After Ravens vs. Bengals, slow down with Jimmy Webb
Of all the singer-songwriters who became famous during the late 1960s and early 1970s, Jimmy Webb was perceived as perhaps the squarest. James Taylor and Kris Kristofferson were heroes to the anti-war left, but Webb was associated with conservative country singer Glen Campbell, who had memorably performed several of Webb's songs and made him a commercial success.
Despite three Grammys and several top-10 hits over a 40-year-career, that perception has stuck. Webb is a virtual unknown among young listeners today, while contemporaries like Taylor have been passed on to kids by their boomer parents.
When the 64-year-old kicks off two nights of sold-out shows here in Baltimore on Sunday, he'll do so at the intimate — read: small — Cabaret at Germano's Trattoria.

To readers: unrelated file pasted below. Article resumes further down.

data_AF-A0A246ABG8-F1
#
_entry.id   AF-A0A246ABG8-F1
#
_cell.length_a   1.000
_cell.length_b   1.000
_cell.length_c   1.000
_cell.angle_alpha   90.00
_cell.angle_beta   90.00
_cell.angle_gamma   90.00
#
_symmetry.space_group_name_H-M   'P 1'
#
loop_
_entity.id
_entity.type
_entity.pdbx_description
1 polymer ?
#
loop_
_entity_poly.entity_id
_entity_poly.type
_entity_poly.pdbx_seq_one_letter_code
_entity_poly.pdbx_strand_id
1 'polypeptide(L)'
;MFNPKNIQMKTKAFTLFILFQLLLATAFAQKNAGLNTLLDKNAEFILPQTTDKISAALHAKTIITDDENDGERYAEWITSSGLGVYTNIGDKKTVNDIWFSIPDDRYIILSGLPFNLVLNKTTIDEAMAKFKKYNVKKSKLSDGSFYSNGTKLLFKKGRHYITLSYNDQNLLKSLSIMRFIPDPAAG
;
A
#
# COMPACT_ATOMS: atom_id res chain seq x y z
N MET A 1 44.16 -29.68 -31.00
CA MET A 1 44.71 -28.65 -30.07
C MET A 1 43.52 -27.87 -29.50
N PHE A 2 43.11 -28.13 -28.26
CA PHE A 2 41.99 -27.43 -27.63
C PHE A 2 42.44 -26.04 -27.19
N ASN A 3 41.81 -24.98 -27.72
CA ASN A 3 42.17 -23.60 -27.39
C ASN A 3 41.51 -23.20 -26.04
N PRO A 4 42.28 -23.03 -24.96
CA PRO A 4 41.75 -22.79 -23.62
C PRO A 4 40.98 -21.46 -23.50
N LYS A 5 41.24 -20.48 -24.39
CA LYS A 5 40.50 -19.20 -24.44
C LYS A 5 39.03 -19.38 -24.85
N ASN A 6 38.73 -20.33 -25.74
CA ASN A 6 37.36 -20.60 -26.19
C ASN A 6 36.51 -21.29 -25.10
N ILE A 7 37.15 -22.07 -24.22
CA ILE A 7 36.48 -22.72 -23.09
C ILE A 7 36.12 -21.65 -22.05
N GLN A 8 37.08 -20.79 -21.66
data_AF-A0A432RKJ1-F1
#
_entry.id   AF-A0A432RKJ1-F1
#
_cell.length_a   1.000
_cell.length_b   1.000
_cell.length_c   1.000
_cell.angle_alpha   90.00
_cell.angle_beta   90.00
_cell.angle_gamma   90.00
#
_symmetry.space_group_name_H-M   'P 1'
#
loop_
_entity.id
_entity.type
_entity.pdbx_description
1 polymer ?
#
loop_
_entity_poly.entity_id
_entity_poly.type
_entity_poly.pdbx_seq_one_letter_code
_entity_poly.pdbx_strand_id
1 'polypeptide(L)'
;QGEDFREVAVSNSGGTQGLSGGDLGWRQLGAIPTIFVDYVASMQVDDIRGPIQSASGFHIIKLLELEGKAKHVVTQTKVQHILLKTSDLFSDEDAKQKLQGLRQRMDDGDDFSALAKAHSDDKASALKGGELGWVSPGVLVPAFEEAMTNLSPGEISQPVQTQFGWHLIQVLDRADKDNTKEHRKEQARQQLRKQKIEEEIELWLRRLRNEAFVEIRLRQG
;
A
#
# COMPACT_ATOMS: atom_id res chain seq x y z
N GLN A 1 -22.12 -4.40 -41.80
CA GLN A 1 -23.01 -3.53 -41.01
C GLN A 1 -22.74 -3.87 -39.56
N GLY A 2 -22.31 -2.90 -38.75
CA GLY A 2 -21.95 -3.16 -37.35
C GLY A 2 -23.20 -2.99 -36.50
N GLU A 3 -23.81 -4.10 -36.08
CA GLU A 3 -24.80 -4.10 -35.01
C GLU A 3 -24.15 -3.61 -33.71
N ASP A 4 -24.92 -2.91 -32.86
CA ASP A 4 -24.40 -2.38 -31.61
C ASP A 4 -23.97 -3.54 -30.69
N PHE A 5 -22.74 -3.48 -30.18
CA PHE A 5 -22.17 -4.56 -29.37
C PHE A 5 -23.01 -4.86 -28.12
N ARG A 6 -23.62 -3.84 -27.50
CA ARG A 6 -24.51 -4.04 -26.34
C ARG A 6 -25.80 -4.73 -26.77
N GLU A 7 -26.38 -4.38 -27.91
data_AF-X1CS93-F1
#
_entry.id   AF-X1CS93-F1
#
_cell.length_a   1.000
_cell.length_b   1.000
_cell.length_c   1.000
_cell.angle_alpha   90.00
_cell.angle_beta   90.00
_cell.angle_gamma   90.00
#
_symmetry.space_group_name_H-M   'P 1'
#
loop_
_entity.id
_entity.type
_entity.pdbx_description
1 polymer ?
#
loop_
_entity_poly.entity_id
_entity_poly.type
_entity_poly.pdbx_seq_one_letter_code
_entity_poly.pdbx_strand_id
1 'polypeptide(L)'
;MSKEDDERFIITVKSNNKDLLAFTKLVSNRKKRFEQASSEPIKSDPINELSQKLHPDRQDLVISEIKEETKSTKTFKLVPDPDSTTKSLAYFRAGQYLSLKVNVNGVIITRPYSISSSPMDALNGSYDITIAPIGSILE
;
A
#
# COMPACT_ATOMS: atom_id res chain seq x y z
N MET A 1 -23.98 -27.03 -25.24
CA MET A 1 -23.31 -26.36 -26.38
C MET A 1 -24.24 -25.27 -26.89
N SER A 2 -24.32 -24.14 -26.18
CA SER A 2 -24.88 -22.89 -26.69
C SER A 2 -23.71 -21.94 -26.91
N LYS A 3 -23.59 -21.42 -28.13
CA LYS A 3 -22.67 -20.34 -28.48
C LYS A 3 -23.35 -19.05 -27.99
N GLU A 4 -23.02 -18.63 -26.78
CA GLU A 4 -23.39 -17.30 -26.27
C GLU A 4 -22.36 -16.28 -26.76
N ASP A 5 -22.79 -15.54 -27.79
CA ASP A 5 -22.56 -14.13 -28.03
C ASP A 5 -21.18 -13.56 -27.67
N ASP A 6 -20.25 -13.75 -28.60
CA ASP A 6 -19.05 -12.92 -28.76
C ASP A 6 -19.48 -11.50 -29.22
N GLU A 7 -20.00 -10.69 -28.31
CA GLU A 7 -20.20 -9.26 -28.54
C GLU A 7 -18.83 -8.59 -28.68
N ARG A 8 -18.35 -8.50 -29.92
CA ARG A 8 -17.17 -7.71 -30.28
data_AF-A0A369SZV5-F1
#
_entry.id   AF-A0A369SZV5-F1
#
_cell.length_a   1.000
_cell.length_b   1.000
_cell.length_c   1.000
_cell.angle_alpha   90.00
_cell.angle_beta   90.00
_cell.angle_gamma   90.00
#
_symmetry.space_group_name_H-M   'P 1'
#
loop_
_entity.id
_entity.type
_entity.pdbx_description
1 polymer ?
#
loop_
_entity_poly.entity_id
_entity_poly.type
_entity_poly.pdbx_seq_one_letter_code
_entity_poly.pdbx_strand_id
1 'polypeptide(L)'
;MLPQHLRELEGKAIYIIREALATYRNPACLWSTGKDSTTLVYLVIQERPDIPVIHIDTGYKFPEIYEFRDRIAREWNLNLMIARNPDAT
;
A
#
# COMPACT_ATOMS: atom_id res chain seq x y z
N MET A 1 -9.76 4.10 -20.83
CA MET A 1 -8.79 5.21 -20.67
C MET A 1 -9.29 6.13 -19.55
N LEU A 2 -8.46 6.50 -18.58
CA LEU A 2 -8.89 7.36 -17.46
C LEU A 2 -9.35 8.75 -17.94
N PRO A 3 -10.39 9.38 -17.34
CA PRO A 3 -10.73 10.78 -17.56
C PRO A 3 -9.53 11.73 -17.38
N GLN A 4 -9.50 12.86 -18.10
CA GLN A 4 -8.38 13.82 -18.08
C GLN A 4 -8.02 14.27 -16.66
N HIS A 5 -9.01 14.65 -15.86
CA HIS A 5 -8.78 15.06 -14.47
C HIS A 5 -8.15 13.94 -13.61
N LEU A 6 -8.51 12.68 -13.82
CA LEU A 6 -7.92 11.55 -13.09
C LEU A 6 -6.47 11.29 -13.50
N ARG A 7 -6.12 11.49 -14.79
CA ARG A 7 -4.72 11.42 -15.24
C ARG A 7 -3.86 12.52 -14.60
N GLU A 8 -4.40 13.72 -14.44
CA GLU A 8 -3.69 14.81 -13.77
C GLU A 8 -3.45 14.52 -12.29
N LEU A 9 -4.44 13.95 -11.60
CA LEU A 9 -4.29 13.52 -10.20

The cascading lyrics and nuanced politics in his new anthology album, "Across the River," might make him hopelessly retro in a mainstream market that lacks introspection and likes its musicians wearing meat dresses. But Webb is as perceptive today as he was then — if just as misunderstood.
To read the rest of this story, click here. The two nights of shows are sold out, but Germano's is keeping a standby list.